Portfolio management is about having the right mix of investments and knowing the risks associated with each one. For example, stocks tend to give you higher returns than bonds, but they are also riskier. Buying and selling stocks at the wrong time can mean the difference between retiring comfortably and having to work a few more years. The percentage of your portfolio that should be allocated between stocks and bonds is highly dependent on your risk tolerance and time horizon. As you get closer to retirement, rebalancing and diversifying your portfolio become increasingly important.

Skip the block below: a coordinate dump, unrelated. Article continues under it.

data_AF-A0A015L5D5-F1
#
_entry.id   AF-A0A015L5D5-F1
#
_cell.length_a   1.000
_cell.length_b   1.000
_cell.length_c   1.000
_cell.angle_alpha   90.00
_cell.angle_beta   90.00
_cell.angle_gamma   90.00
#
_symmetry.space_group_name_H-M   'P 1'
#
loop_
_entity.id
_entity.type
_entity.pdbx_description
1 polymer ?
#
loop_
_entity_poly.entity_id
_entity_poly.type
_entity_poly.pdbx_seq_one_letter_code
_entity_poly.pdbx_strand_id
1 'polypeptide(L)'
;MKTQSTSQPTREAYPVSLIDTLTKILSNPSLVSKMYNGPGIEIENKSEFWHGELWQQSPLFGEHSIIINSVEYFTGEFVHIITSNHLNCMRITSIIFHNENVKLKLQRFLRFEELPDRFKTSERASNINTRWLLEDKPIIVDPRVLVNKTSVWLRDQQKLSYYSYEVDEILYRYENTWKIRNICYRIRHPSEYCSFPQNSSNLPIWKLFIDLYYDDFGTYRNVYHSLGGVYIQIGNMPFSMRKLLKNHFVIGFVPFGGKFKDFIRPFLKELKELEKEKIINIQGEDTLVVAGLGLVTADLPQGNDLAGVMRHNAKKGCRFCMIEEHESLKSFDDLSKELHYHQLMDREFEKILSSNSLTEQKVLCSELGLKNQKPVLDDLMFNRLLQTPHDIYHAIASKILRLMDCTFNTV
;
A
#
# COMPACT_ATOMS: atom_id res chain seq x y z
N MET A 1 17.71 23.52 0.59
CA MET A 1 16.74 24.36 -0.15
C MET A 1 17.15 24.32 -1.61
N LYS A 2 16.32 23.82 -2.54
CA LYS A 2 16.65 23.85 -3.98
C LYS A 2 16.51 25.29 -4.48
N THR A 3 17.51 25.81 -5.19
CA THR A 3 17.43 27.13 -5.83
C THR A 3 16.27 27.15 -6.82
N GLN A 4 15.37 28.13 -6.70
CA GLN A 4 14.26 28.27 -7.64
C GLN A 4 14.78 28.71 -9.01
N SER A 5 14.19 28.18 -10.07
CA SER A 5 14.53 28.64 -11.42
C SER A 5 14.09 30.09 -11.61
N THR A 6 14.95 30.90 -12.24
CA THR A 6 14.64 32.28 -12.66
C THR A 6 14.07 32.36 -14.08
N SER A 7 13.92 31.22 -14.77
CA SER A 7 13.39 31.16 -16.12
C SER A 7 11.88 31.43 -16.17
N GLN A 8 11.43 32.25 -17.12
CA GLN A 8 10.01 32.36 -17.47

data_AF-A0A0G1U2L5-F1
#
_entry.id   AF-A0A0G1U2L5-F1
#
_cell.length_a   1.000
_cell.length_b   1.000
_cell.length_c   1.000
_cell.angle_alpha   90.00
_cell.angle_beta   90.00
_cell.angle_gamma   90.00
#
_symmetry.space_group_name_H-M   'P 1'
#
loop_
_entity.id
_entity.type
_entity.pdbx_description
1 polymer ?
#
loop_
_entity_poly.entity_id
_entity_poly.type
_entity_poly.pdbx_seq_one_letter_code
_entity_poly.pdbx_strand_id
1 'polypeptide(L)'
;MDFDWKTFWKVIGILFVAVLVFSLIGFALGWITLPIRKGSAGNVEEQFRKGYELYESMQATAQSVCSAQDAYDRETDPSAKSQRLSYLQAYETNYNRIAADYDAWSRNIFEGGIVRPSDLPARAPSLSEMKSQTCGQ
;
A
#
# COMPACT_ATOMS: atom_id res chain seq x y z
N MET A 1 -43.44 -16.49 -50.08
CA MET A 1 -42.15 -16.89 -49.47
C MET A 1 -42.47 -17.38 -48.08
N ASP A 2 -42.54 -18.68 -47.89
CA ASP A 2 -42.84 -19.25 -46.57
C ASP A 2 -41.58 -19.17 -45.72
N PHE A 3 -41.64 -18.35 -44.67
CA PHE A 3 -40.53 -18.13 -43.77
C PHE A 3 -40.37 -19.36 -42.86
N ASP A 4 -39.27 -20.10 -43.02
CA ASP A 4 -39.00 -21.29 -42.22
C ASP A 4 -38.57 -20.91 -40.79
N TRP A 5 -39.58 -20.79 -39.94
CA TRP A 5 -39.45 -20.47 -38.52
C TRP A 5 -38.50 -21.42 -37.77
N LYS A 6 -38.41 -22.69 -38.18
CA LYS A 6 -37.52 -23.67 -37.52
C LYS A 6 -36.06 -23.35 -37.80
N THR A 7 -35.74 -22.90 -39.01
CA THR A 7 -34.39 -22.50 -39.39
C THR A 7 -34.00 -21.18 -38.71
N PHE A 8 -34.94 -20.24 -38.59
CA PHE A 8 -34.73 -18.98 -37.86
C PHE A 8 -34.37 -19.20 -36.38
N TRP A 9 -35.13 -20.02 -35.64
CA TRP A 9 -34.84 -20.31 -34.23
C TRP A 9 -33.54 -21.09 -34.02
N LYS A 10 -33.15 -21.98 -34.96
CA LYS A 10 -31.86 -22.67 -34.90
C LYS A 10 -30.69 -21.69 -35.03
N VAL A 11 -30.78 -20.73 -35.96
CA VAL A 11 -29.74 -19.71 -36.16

It is also important for you to understand the fees you pay to buy and sell your investments.
Ask your financial advisor about the kind of fees he or she charges to manage your portfolio. Make sure you are working with a fiduciary financial advisor who is required to avoid any conflicts of interest, such as earning sales commissions when recommending certain investments to you. Paying small commissions might not seem like much each time, but adding them up over many years can hurt your returns significantly.
The premise of tax planning is simple enough. Your goal is to have a plan in place that allows you to maximize your deductions and minimize your taxes. The end result is being able to keep more of your money in your wallet and less in the IRS’s pockets.